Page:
After a series of delays and more recently, some deafening silence from Tesla as to when we can expect to see the first customer deliveries of the Cybertruck, the company’s CEO has made the bold promise of 2023 at an event hosted in Texas last week.
After confirming a 2023 release for the highly-anticipated Cybertruck in an earnings call in January, Musk took to the stage while celebrating the opening of its Austin, Texas, production line to confirm the delivery timeline for the Cybertruck.
News of Cybertruck production was topped by a promise to scale up production of the Model Y as well, to half a million units per year at the new production line, with the goal of scaling up to a million in the near future. Tesla is looking to scale up production from one million units delivered in 2021 up to two million by 2023.
“We’re aiming, just with the Model Y program alone, to get half-a-million units a year, and then we’re going to start manufacturing Cybertruck here next year,” Elon Musk said.
The action-packed event also teased fans and shareholders alike that Tesla was developing its own robotaxi, powered by Tesla’s autonomous driving software.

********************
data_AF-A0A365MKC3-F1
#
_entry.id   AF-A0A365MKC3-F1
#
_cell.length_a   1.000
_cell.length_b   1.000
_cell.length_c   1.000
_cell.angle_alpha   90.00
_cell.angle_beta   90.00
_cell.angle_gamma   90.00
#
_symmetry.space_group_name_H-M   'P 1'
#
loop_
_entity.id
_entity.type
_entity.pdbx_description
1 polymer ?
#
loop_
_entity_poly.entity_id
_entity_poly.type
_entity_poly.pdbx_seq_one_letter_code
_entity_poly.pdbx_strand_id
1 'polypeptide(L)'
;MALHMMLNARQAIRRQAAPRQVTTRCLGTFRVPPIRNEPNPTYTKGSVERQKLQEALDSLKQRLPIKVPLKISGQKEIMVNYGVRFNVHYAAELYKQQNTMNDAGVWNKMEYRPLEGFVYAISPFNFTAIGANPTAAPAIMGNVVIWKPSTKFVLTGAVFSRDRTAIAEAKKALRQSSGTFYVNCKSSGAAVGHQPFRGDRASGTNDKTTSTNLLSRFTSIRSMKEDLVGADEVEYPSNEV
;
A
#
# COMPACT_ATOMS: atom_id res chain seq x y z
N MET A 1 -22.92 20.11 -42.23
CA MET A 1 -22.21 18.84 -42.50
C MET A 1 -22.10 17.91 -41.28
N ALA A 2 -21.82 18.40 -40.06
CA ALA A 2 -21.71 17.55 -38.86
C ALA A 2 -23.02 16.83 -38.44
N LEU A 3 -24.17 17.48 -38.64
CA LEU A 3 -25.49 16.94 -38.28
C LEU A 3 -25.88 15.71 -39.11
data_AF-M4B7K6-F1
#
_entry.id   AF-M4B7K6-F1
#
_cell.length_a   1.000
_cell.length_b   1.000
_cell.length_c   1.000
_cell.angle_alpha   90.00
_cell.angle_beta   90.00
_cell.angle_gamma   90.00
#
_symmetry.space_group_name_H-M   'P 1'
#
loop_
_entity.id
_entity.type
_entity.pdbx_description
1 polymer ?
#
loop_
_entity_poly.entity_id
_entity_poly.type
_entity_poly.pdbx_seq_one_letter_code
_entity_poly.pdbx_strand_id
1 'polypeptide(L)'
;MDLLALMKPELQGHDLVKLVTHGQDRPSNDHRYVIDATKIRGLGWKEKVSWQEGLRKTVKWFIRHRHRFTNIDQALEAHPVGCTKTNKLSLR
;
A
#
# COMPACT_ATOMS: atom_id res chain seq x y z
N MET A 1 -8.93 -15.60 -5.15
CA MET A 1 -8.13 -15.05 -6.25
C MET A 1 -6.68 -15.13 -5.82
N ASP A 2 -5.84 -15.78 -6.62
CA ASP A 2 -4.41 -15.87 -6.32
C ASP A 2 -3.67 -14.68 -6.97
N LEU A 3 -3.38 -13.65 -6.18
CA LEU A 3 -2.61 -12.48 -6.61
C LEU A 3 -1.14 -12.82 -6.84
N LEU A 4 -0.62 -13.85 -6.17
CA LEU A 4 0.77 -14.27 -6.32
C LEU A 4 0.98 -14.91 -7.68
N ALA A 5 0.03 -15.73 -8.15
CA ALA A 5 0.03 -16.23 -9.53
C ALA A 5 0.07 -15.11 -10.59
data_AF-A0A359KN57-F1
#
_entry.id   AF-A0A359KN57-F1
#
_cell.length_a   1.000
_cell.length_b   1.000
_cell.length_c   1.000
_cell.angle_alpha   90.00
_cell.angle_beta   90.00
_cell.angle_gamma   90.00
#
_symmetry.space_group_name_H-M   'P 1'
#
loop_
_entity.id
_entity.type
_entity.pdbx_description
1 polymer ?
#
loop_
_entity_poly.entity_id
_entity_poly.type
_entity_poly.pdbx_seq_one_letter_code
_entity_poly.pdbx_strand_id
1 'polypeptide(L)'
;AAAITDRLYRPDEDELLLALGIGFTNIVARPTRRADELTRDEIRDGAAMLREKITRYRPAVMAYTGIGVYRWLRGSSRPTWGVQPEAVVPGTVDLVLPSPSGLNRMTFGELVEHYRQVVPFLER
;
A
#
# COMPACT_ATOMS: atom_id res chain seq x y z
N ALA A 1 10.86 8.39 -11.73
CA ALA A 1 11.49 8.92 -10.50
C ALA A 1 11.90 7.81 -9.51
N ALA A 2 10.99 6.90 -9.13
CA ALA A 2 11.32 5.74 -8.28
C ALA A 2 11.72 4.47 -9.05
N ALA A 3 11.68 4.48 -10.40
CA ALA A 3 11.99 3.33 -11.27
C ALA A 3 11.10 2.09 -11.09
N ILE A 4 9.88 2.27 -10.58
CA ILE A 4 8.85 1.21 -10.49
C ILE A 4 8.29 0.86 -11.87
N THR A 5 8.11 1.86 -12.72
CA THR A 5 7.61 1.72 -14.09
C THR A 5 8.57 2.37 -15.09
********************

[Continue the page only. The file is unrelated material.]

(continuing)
Musk was tight-lipped, but did say that “we’re going to move to a truly massive scale… massive scale, full self-driving, there’s going to be a dedicated robotaxi that’s going to look quite futuristic.”
Musk concluded that by 2023, “we’ll be in production with Roadster and Semi… so this year is all about scaling up, and then next year, there’s going to be a massive wave of new products.”
As per usual with timelines provided by Tesla’s enigmatic CEO, however, the dates outlined may well be pushed back in the face of production slowdowns, supply shortages and the reality of keeping up with Musk’s bold promises.
One example of this is the second-generation Tesla Roadster, which promised astounding performance specs when it was revealed back in 2017, as well as a 2020 release schedule.
Fast-forward to 2022 and there’s absolutely no word on when customers that have placed pre-orders can expect to take delivery. This all looks to be accelerating at a great pace, though, with Tesla opening the doors of its Austin and Berlin production lines, alongside its existing production facilities in California and Shanghai.